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My favourite winter veggie

June 26, 2009
Cavallo Nero

Cavallo Nero

A quick pop into the organic food store (what used to be called Macro but is no longer) in Bondi Junction after a client meeting revealed this huge bunch of Cavallo Nero which I quickly lay claim to. I usually buy tender loose leaves of this lovely green from Fratelli Fresh, a big bag full of it.  I usually make a Ribollata soup inspired by a River Cafe recipe but also throw a few leaves in just about anything I cook over the next week.

Armed with some fresh borlotti beans, lots of celery, carrot and a big bunch of parley I set out to make a big pot of Ribollata.

comp1Ribollata (not the most attractive looking soup, but one that gets the stamp of approval from the kids as well!)

Quantities are approximate – no need to be too precise here. The trick with this soup is to cook each stage for the required time. A good soup to make while you have other tasks to do such as unpacking the dishwasher!)

1 cup diced carrot

1 cup diced celery

3/4 bunch flat leaf parsley, chopped

1 diced red onion

2 diced cloves of garlic

Fry all of the above in a good splodge of olive oil for 30 minutes until all vegies are soft, starting to get a little brown and all flavours have melded.

Add in 1 can of tomatoes that have been roughly diced.

Cook for another 30 minutes.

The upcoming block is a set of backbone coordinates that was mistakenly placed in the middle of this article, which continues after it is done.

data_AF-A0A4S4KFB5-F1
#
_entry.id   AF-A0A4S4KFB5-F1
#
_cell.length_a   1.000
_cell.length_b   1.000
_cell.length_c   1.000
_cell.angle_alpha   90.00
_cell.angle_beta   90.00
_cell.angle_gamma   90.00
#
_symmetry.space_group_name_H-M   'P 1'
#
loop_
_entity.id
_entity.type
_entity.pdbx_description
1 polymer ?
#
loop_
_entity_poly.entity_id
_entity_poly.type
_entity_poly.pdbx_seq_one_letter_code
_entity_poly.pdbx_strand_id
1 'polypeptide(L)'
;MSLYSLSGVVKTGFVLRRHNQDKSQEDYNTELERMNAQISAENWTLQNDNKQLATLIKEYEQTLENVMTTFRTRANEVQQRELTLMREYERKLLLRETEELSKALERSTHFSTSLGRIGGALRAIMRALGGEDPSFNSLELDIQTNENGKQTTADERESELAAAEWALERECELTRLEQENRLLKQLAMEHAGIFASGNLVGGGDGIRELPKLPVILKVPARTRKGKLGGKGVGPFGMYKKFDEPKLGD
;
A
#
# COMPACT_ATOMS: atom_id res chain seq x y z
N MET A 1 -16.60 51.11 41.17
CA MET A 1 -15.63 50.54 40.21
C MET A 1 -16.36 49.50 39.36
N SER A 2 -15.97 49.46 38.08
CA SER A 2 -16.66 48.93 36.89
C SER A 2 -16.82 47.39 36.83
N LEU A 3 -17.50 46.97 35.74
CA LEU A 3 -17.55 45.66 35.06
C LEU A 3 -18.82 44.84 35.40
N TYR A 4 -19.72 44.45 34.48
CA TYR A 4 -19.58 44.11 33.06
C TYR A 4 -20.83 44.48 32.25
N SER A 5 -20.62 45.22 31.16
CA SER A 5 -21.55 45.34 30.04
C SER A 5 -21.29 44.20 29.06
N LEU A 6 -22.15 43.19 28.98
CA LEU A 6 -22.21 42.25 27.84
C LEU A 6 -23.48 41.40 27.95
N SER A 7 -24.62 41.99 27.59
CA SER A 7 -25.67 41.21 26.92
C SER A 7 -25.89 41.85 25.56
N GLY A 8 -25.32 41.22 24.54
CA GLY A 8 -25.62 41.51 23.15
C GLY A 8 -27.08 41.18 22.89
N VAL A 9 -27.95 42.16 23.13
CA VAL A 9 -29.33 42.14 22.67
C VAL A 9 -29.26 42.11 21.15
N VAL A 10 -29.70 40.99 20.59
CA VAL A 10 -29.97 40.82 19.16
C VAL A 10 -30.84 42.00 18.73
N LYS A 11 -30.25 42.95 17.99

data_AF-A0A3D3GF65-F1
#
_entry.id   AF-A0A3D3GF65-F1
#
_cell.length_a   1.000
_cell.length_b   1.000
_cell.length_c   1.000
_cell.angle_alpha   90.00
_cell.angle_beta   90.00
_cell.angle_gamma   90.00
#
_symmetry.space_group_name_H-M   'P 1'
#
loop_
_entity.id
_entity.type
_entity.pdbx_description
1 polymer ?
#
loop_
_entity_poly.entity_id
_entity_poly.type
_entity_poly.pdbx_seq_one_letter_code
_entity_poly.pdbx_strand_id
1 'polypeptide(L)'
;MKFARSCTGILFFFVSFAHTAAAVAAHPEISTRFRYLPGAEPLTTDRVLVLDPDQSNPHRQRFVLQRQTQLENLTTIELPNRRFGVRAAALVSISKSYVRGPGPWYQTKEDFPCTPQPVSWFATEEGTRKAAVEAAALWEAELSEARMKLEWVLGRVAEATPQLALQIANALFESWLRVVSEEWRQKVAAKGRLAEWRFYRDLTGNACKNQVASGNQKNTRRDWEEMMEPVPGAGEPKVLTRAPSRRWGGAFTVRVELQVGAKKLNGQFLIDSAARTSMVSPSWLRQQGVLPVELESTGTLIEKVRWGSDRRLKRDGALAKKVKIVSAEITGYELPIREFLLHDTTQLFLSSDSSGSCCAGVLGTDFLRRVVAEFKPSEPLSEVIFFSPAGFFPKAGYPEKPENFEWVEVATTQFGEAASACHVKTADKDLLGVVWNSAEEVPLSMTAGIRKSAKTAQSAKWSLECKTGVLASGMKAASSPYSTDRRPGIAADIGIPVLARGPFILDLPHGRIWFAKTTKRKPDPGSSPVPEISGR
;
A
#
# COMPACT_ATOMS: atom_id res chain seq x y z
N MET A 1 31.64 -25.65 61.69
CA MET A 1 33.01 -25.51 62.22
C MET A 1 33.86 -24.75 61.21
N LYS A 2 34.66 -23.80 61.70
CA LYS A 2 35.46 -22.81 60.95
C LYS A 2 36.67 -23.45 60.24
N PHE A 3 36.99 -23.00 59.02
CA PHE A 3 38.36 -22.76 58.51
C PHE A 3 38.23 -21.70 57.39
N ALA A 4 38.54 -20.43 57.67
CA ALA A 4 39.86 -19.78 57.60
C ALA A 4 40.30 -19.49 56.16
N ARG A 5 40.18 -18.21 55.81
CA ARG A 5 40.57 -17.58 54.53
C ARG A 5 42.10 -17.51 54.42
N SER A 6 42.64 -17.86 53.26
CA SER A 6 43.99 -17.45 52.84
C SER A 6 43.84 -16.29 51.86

Add:

1 large bunch finely shredded cavallo nero

1 cup of fresh borlotti beans (tinned would be ok too)

water to cover

Cook for another 30 minutes. Roughly blend about half the soup to give it a more soupy sort of texture.

Season with salt and pepper to taste.  Serve garnished with slices of parmesan and a dash of olive oil.

The real ribollata should have some bread in it to make up the soup texture. After taking out a bowl of the soup for me (while it was still gluten free), I added in a couple of slices of spelt sourdough bread that I roughly tore into chunks. Allowed it to simmer for a further 10 minutes. The soup is meant to be a very thick texture. Like I said, does not look sensational but it is delicious and definately a meal in a bowl.

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2 Comments leave one →
  1. July 1, 2009 11:58 AM

    I know these as black/tuscan kale (or atleast that’s what it looks like to me). One of my favorite greens!

    • spiceandmore permalink*
      July 3, 2009 2:43 PM

      I think Cavallo Nero is the Italian name which is what I have always known it as. I think you are right that the English name is probably Kale…I have even seen it called Italian Cabbage in shops. It is a terrific vegetable isn’t it?

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